Call it a study in contrast.
Big versus small. Have versus have-not. Achievement versus disappointment.
The latest chapter in the state history that is the men's basketball rivalry between the Lobos and New Mexico State University is set to be written on Saturday night in The Pit and continued in the Pan American Center on Wednesday. The Lobos (10-0) are coming in as one of the hottest teams in the nation. They are ranked 17th in The Associated Press poll and 20th in the coaches' poll. There seems to be little to stop the Lobos Express at the moment.
The Aggies (5-4) are coming in as something of an enigma. NMSU seems to be talented and it is indisputably big - the Aggies have four players that are 6-foot-10 or taller, featuring Sim Bhullar, who is a towering 7-5. Tshilidzi Nephawe is 6-11. B.J. West and Renaldo Dixon are merely 6-10.
"That's incredible size," said Lobos head coach Steve Alford. "They present problems."
The Aggies guards, Daniel Mullings (6-2) and Tyrone Watson (6-5), also represent a challenge from the perimeter. Mullings is shooting 57 percent from 3-point range. Watson is converting 51 percent from the field.
The Aggies are also plus-10 in rebounding advantage per game. So why the mediocre record? The simple answer is inconsistency. The Aggies have battled turnovers and late defensive lapses that cost them at least two games (Niagara and UTEP).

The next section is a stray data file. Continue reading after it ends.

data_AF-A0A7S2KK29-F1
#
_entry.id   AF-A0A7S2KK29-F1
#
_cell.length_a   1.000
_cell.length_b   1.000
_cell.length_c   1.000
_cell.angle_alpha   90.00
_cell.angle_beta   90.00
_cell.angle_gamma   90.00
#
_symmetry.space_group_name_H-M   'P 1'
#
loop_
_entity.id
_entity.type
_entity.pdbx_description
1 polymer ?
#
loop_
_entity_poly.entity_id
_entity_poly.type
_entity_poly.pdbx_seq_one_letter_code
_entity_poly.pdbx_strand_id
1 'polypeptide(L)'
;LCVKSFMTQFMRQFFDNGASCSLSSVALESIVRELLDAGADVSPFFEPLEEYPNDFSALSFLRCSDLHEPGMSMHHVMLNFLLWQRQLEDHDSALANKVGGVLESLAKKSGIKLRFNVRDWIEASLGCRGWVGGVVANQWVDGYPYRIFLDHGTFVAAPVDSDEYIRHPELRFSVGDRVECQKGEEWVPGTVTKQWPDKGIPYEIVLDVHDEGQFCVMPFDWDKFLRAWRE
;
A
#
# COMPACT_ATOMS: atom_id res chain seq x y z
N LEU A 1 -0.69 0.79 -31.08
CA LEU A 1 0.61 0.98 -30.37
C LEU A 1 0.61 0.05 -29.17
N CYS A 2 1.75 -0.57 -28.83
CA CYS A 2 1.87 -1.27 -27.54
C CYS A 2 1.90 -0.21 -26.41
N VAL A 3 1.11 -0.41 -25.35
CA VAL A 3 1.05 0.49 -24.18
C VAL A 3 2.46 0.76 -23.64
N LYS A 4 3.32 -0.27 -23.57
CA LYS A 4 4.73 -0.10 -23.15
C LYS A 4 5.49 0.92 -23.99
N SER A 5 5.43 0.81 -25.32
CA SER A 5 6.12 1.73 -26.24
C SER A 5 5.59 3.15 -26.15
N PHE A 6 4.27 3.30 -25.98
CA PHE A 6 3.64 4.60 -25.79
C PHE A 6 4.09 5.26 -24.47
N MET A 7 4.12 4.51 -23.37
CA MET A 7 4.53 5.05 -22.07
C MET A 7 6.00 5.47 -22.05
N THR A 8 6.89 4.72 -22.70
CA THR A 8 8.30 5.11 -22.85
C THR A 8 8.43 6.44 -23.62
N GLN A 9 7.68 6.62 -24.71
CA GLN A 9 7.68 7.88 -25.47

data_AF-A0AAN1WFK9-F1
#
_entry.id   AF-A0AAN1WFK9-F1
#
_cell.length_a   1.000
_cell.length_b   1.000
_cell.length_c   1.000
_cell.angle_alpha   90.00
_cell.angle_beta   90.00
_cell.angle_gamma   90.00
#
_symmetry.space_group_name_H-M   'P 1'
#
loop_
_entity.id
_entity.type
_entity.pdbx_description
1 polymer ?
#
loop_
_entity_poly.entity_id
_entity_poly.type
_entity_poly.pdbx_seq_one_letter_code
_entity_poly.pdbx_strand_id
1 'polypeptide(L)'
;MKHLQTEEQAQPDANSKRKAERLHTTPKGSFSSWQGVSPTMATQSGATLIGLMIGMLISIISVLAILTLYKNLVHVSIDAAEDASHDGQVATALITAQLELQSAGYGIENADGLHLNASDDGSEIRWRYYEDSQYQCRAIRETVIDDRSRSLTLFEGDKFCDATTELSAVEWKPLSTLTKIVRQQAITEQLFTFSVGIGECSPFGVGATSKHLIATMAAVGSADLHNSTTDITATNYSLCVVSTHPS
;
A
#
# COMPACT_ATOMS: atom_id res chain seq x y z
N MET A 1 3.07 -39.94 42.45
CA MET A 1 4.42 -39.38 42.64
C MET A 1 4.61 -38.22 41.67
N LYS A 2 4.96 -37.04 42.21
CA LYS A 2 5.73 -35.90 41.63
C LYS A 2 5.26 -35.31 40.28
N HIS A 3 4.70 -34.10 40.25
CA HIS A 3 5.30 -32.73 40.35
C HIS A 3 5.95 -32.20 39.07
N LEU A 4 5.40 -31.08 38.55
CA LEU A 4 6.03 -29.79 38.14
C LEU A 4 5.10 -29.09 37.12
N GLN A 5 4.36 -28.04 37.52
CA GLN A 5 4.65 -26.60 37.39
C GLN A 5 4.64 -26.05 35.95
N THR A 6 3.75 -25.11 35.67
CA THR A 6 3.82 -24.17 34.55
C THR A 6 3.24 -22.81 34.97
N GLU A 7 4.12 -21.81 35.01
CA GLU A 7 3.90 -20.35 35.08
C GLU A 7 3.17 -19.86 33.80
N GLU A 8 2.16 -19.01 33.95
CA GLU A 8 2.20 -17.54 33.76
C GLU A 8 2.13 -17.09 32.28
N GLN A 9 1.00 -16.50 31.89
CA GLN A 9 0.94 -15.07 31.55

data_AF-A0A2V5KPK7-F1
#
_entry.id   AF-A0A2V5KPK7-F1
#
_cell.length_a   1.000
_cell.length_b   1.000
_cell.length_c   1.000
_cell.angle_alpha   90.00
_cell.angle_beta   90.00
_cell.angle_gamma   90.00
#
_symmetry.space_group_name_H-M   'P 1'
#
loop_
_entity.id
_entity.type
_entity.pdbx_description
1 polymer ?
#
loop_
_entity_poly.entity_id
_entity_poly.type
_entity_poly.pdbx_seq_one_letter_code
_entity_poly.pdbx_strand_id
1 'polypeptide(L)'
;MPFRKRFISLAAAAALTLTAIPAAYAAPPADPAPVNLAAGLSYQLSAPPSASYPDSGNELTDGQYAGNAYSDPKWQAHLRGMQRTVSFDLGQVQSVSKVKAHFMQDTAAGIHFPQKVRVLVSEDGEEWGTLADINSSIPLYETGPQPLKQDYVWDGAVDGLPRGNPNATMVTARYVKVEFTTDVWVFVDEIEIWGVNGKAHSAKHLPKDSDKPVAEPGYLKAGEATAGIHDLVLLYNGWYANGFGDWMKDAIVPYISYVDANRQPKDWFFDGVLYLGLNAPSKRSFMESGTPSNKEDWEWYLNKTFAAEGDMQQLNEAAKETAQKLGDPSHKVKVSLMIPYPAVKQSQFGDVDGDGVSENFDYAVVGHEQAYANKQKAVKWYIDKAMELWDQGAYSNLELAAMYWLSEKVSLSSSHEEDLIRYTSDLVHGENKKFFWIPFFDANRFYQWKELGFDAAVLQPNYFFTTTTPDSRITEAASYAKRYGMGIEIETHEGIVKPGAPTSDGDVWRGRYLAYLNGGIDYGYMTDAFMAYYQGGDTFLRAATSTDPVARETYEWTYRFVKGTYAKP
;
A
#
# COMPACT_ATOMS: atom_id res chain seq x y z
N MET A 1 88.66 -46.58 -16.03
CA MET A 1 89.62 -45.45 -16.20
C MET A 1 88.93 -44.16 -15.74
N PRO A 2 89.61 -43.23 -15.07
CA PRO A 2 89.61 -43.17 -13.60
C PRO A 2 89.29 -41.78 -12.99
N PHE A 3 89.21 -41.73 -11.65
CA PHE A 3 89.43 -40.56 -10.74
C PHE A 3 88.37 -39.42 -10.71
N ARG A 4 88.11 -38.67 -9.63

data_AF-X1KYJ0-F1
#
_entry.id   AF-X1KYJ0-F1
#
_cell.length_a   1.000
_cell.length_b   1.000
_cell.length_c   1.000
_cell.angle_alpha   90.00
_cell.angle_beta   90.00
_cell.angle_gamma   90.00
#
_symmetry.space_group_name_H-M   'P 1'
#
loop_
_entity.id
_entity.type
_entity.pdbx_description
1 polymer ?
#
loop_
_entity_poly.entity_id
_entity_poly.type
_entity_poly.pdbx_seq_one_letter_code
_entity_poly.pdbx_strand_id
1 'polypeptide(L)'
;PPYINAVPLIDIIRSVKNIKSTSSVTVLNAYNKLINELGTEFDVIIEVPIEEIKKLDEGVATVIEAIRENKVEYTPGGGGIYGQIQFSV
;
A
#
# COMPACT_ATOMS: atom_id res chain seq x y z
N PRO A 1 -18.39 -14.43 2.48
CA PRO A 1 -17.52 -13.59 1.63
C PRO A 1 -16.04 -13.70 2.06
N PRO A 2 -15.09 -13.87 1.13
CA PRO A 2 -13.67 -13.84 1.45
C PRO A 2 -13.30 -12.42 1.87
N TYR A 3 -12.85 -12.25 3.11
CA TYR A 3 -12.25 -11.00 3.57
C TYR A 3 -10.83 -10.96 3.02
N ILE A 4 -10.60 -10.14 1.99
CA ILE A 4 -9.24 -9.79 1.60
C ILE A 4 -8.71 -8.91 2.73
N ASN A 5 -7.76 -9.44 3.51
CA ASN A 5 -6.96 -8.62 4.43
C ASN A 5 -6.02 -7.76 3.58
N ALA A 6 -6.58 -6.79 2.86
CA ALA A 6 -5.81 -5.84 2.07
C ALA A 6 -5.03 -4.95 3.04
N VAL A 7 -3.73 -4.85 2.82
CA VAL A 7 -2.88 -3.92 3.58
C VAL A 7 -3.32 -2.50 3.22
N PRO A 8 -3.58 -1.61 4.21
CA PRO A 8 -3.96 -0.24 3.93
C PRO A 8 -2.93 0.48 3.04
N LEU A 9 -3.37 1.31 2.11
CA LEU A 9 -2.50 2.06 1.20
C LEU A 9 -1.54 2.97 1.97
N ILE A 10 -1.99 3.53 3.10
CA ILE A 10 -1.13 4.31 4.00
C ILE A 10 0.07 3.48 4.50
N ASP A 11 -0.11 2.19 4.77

The Lobos are going to try to exploit NMSU's weaknesses and some of its strengths, too. UNM leads the nation in free-throws made, 21.6 per game, and will try to take the ball right at the Aggies' height. UNM will use its quickness to get as many Aggies in foul trouble as possible. The Lobos will use the sell-out crowd to rattle the visitors and their defensive prowess to break them for good.
"If we defend the way we are capable of defending, we kind of ease the pressure of the backboard," Alford said.
The Lobos are 8-2 versus NMSU in the Alford era, and are rightfully confident. They are also motivated by last season's loss to NMSU in The Pit. The Aggies are underdogs in the truest sense. They are facing turmoil as the Western Athletic Conference crumbles and uncertainty looms.
Still, this is a rivalry that dates back to 1904, which UNM leads by a narrow 113-95 margin. Anything, as they say, can happen.
The Lobos just hope it's more of the same.